Monday, August 11, 2014

@ The Poisoned Pen with Linwood Barclay!

Have you ever kept coming across an author's name, read synopses of his books, thought to yourself, "I really think I'd like these," and then slowly sank under your tsunami of books and forgotten all about it? I have. Many times. And if you have, too, then as a fellow bookaholic you feel my pain.

This is exactly what happened to me with Linwood Barclay-- over and over again. I even got my hands on a copy of his first book about five years ago, and it's been languishing on my to-be-read shelves ever since. So... when I saw his name pop up on the events list at The Poisoned Pen, I knew going to see him would prove to be the catalyst that finally got me to take that book off the shelf and read it. Boy, when I'm right, I'm right!

Host and bookstore owner Barbara Peters looked bright and chipper as she walked into the store. Having seen her photo in Shelf Awareness a couple of times recently, it was easy for me to see that she'd enjoyed the time she spent in Santa Fe. She loaded down the table with all sorts of goodies, and in no time flat it was time to get the show on the road.

"Just go into a bit of a coma for a while..."

L to R: Barbara Peters and Linwood Barclay

It was going to be a bonanza night at The Pen, with a huge basket of cookies from the Arizona Biltmore to hand out to the crowd, a $50 gift certificate to the Biltmore, an advance reading copy of Louise Penny's The Long Way Home, and other books to raffle. But all that was going to happen at the end, and it was time to talk books with Barclay.

Peters and Barclay met at the Frankfurt Book Fair, and this was the author's second appearance at my favorite bookstore. He immediately told us of a new three-book deal that he has with NAL/Penguin that's something new for him: a trilogy. "The first book has already been sent to the publisher, and I'm about three-quarters of the way through the first draft of the second," Barclay said. "I'm trying to write them closer together because I figure I'll be writing the third one and think of something I need to put in the first one. I've only got until the end of the year to tinker with the first one. They'll be coming out one per year. The joy of writing them closer together is that then I'll be able to lay down for a year and a half. Just go into a bit of a coma for a while."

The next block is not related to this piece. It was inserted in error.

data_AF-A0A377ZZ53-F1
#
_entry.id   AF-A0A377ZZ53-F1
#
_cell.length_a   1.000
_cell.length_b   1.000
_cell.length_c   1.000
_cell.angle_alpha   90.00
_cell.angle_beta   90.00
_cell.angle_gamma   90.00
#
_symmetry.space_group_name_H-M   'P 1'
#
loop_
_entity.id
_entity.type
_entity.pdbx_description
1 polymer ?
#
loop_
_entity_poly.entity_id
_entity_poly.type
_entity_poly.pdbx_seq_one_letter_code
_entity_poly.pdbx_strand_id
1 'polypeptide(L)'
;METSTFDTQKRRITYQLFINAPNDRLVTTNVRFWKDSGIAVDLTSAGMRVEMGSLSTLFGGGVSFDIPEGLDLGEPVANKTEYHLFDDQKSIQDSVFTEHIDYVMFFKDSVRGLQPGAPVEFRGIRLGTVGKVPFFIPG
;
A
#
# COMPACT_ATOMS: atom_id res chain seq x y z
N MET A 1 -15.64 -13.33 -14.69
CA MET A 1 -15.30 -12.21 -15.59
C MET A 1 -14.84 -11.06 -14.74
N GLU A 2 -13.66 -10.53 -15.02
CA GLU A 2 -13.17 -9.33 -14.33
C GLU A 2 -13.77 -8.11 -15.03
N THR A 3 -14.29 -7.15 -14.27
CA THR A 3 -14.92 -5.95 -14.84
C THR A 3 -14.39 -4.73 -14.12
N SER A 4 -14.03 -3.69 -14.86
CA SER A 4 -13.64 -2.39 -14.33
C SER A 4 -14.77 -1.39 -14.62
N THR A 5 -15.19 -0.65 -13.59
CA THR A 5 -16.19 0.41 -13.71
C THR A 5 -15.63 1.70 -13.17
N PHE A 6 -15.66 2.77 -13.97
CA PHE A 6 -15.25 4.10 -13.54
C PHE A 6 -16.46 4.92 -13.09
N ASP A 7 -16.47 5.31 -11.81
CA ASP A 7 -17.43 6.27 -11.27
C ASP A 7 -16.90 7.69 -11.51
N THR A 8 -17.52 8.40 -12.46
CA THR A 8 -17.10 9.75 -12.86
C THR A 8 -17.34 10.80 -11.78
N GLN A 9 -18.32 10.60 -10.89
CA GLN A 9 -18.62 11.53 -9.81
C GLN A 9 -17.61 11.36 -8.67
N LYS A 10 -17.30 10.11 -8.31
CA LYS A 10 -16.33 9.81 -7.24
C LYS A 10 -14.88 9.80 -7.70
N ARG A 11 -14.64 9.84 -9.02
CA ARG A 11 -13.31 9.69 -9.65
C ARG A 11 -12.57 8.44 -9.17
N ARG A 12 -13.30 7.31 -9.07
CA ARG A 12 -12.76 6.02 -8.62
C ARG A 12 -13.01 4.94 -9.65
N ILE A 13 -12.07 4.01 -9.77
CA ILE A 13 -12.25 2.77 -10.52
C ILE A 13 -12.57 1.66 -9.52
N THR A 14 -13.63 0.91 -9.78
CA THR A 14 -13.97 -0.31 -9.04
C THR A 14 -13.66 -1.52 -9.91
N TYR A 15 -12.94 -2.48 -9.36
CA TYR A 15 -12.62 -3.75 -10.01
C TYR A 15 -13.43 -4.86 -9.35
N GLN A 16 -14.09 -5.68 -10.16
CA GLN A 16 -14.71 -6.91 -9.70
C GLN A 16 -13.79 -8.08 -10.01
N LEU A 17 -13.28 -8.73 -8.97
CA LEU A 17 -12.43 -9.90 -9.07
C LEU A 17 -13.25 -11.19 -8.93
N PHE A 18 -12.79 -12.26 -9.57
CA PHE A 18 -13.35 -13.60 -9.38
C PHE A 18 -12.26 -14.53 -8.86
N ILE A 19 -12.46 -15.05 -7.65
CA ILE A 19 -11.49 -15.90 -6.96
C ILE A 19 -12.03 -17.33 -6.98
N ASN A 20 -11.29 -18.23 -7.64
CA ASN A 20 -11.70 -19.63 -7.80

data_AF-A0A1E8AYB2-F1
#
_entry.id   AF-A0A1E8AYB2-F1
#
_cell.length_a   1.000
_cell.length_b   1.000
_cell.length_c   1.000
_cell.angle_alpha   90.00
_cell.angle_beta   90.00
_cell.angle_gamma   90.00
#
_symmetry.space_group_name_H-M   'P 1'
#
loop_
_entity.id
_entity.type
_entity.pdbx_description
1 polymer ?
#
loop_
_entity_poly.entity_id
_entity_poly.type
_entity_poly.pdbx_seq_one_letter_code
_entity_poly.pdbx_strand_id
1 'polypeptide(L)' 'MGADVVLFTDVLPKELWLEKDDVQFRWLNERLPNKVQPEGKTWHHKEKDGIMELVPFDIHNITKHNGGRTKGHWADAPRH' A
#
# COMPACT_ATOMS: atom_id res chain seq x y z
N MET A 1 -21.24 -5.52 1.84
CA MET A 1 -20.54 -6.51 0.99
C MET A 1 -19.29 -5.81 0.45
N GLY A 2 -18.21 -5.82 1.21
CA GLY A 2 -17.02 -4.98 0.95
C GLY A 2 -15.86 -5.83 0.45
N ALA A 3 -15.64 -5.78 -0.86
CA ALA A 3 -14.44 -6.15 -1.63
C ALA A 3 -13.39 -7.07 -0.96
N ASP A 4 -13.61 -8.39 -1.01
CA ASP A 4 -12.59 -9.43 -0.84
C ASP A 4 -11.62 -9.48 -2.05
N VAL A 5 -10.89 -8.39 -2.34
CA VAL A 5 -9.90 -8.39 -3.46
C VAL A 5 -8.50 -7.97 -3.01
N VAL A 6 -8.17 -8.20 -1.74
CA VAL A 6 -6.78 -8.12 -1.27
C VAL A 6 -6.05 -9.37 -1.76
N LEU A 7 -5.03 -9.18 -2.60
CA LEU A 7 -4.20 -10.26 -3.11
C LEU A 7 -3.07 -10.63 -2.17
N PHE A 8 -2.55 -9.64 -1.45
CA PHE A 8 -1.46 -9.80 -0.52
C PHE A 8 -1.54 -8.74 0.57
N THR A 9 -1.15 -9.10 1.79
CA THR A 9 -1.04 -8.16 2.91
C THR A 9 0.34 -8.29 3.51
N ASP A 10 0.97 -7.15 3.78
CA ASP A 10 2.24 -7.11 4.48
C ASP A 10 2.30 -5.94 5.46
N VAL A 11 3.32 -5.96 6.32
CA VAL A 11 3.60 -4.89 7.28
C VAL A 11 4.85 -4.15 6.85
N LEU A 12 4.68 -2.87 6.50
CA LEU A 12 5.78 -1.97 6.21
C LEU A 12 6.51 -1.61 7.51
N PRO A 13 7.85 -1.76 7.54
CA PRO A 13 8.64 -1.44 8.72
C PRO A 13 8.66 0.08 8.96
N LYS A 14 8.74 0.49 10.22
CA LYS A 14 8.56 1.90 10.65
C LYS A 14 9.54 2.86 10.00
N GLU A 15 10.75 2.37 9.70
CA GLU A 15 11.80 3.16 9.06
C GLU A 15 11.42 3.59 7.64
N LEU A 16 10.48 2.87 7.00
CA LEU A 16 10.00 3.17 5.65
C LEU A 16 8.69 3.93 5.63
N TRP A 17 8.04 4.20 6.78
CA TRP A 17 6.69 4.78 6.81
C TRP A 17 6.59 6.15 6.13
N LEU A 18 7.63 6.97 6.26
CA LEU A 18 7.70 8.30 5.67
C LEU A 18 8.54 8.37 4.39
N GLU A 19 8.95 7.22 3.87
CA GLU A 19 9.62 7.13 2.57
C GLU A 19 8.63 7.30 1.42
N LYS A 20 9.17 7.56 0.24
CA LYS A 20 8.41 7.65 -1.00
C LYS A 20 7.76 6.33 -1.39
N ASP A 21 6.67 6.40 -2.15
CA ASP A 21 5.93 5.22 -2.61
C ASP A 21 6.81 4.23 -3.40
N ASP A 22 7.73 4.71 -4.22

"It's a great idea!"

Barclay had written four comedic thrillers featuring paranoid science fiction writer Zack Walker, but they didn't sell very well. His agent told him that he needed to do something different. "You need to do something darker, a standalone thriller with a great hook."

At 4 or 5 AM, Barclay woke with an idea. An idea about a 14-year-old girl who has an older boyfriend her family disapproves of. She goes out on a date with this boyfriend, she comes home drunk and has a big row with her family. She goes to bed and passes out. When she wakes up in the morning she discovers that her father, her mother and her brother have all disappeared without a trace. Twenty-five years later, the girl is still looking for answers... and she's about to find them.

When he called his agent with this idea, she loved it. "That's it! It's a great idea! What happened to the family?" Barclay replied, "I have no idea!" All this turned into No Time for Goodbye, his breakout book.

Linwood Barclay
"This has become a theme for many of your books... people who are missing... people who have disappeared," Peters said.

"It's not in all of them, but it is in quite a few. I think what happens in a thriller has to matter, and what matters more than something happening to a loved one?" Barclay said. "Someone I worked with at the Toronto Star said that I write about this because I lost my father when I was sixteen. I thought about it. Maybe. I don't know.  I think that-- at heart-- I'm a very anxious person, and one of the great sources of anxiety for parents is waking up at 3 AM and not knowing where your kid is."